As the City of Miami Springs looks to replace former City Manager, William Alonso, I hope the new City Manager will acknowledge that the Triangle Shopping Center actually lost on-premise parking.¬† I was tired of hearing William Alonso’s false claims that the property was actually adding parking.¬† That’s not true.¬† The parking shown below was removed and enclosed.¬† All without a variance or Council approval.

Barry's Cleaners Parking at the Triangle Shops
Barry’s Cleaners Parking at the Triangle Shops

Above, you’ll see a total of five (5) cars parked in the enclosed area.¬† Car #1 is in the “driveway” area.¬† Car #2 is parked in front of it and is also in the “driveway” area.¬† Car #3 is parked under the roof in a more permanent spot, possibly by an employee.¬† Car #4 is parked next to it.¬† And Car #5 appears to be parked behind Car #3.¬† Mind you there is room in the driveway area for two additional cars.

All that parking is now gone.

So, let’s be clear.¬† The on-premise parking (not street parking)…The on-premise parking shown above was eliminated.¬† The total number of on-premise parking spots were reduced.¬† As you can see blow, the open parking area was closed off to create more rentable space.

New Street Parking / Tighter Roadway

So the prior city administration allowed the expansion of the building and the removal of the pre-existing on-premise parking.¬† Again, all without a variance.¬† So where’s the new parking that was being promised by the former City Manager?

See it for yourself below:

Hook Square Alley

Above you’ll see the angled parking that’s being added to the Hook Square Alley roadway.¬† We’ve highlighted in yellow how the alleyway was previously paved.

Hook Square Alley

So you can see that there’s no on-premise parking that is being added to the property. In other words, once again, the prior city administration was giving away public parking.

As you can see above, the old alleyway had room for limited parallel parking adjacent to the property.¬† So the prior city administration allowed for the narrowing of the alley’s roadway in order to place angled parking.

Hook Square Alley

The photo above shows how narrow the alleyway became after the eastern portion of the alley was used to create angled public street parking.¬† With the narrowing of the alley’s roadway, it doesn’t take a genius to look above and know that cars parked on either side of this alleyway will have a higher than normal chance of getting hit by a vehicle backing up from the opposite side.

Hook Square AlleyOne of the interesting things we noticed while taking photos of the alleyway, was the shift in the alley behind the property at 29 Palmetto Drive (the new apartment complex on Palmetto).  It appears as if the city took away some of the easement at 29 Palmetto Drive in order to give more space to the property at 10 South Royal Poinciana Boulevard.  Was the prior city administration playing favorites here?  And is this an acknowledgement that the alleyway is too narrow?

Hook Square Alley


Wait a minute.

How narrow can you allow the street to be when you have angled parking on each side of the alleyway?

Hook Square Alley

Well, according to Miami-Dade County’s Parking Requirements, a driveway with angled parking on each side should have a minimum width of 12 feet.

According to the Florida Department of Transportation’s Manual of Uniform Minimum Standards for Design, Construction and Maintenance for Streets and Highways, the traffic lane “should be 12 feet in width, but shall not be less than 10 feet in width. Streets and highways with significant truck/bus traffic should have 12 feet wide traffic lanes.”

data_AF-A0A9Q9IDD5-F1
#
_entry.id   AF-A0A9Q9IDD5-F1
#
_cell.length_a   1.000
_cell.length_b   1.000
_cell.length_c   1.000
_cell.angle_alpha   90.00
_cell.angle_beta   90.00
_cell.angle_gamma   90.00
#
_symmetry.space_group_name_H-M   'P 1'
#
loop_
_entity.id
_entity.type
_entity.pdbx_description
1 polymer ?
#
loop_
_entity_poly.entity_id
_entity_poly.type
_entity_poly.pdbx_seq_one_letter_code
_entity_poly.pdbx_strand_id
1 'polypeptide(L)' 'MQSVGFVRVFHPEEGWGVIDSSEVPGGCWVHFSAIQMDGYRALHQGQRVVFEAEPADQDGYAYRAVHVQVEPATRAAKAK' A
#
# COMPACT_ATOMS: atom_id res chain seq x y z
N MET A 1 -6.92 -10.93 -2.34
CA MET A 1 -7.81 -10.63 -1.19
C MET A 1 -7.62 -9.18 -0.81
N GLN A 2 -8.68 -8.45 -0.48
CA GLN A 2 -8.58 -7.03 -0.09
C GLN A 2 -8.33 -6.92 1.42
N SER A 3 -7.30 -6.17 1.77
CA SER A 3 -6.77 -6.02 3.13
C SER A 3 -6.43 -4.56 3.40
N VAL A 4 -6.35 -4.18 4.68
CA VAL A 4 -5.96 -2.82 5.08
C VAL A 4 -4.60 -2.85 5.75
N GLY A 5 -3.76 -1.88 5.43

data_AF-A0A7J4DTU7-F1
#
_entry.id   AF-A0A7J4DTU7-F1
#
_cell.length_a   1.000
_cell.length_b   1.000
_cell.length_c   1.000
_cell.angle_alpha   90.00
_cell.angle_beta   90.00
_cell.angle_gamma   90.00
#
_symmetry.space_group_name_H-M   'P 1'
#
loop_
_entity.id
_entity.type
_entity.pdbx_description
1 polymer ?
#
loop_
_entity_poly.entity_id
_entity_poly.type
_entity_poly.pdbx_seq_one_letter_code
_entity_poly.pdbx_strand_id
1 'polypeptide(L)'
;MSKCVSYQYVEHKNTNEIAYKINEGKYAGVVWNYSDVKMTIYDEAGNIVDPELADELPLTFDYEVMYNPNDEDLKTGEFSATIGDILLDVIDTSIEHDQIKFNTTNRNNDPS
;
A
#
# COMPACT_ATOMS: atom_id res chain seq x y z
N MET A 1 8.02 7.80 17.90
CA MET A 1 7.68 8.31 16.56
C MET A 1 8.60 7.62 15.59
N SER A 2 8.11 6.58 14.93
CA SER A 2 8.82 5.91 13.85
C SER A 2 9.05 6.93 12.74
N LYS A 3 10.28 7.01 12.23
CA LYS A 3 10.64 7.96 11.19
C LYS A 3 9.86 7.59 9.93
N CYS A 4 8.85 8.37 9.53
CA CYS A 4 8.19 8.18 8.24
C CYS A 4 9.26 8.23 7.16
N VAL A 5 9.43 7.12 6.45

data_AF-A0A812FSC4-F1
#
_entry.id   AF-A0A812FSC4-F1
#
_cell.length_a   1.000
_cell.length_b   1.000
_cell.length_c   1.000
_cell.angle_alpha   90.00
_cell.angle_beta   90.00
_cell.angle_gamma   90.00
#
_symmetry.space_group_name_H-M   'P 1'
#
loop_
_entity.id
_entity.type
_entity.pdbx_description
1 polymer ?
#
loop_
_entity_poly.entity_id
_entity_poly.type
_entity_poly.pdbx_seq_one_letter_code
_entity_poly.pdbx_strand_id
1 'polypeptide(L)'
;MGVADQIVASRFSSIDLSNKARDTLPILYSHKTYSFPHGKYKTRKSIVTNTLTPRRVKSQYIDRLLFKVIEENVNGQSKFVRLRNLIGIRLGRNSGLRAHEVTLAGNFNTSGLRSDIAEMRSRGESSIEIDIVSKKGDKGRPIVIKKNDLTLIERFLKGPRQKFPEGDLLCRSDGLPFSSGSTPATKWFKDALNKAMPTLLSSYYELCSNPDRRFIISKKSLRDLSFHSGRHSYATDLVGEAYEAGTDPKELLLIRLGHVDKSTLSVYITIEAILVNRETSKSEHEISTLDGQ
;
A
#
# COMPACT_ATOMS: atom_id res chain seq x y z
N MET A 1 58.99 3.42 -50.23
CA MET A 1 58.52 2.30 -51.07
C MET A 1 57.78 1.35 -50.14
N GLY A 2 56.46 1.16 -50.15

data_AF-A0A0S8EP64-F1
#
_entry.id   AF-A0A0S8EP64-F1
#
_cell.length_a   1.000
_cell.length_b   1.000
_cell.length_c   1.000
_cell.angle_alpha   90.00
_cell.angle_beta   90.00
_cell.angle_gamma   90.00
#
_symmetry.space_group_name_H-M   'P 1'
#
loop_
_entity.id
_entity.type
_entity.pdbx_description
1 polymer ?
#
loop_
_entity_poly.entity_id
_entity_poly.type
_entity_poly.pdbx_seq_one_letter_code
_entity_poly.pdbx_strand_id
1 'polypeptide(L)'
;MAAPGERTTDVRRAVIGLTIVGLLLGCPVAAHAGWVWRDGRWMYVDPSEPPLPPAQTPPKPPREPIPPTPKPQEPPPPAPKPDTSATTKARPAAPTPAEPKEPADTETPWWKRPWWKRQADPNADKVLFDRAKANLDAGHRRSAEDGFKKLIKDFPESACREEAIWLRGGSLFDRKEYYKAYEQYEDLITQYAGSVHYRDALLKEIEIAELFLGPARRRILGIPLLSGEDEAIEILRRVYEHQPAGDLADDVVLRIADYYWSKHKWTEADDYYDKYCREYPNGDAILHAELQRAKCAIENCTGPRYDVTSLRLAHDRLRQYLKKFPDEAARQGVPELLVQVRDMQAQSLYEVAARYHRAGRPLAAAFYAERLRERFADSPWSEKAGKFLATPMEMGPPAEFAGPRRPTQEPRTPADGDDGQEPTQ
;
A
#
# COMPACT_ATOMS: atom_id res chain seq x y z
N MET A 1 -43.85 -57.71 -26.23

Well, this is an alleyway that at minimum will have commercial trucks using the road for trash pickup.¬† We’re talking about trucks that can easily be 8.5 feet wide.

Plus, you need space to allow a Fire Truck and/or Rescue vehicle to have access to the roadway.

How Narrow Is The Hook Square Alleyway?

Well, we could tell just by looking at the alleyway that it seemed to be too narrow.¬† But real measurements trump perception.¬† So we pulled out the tape measure. Sure enough, it’s nowhere close to the 12 feet required by Miami-Dade County adjacent to an angled parking spot.¬† We’re talking about a width of just 8 feet 5 inches in some areas.

In other areas, we measured a width of 9 feet 1 inch.

Below is a shot of the tape measure laid out.¬† You can see with your own eyes where each foot mark is on the tape measure.¬† I don’t want anyone to think these measurements were rigged.

So whether it’s 8 feet 5 inches or 9 feet 1 inch, the point is that it is far narrower than the Miami-Dade County Requirement of 12 feet.

Furthermore, any 4th grader at Springview Elementary can tell you that a truck with a width of 8 feet 6 inches doesn’t fit into a road that’s only 8 feet 5 inches wide.¬† How does the City of Miami Springs expect the garbage trucks, FPL trucks, and/or Fire Rescue Trucks to cram in through that roadway?

Your Arguments Vs My Facts Truck GIF - Your Arguments Vs My Facts Truck Ram GIFs

The truth is the City of Miami Springs knows the alleyway is too narrow.¬† That’s why the City of Miami Springs took away part of the easement from the new apartments at 29 Palmetto.

Above, you’ll notice the area marked in yellow doesn’t follow the normal path of the alleyway.¬† That’s because the alleyway was widened onto the easement from 29 Palmetto Drive.¬† This was done to provide the property at 10 South Royal Poinciana enough space for the angled parking.

We measured the alleyway at this point and it’s 5 feet wider behind the new apartment complex at 29 Palmetto Drive.¬† In other words, the City of Miami Springs knew they didn’t have enough space, so they took it away from the apartment complex at 29 Palmetto to give extra space for the parking at 10 South Royal Poinciana Boulevard.

For the sake of accuracy, the width of the alleyway behind 29 Palmetto Drive is 13 feet 10 and 1/4 inches.¬† We rounded the last inch and 3 quarters to get to 14 feet.¬† Regardless, it’s more than enough to meet the 12 foot requirement for a driveway behind angled parking.


So let’s recap the various shenanigans:

  1. 10 S. Royal Poinciana was allowed by the prior city administration to expand and increase the square footage while reducing the amount of on-premise parking…and without a variance or council approval so please, don’t blame your mayor or council on this.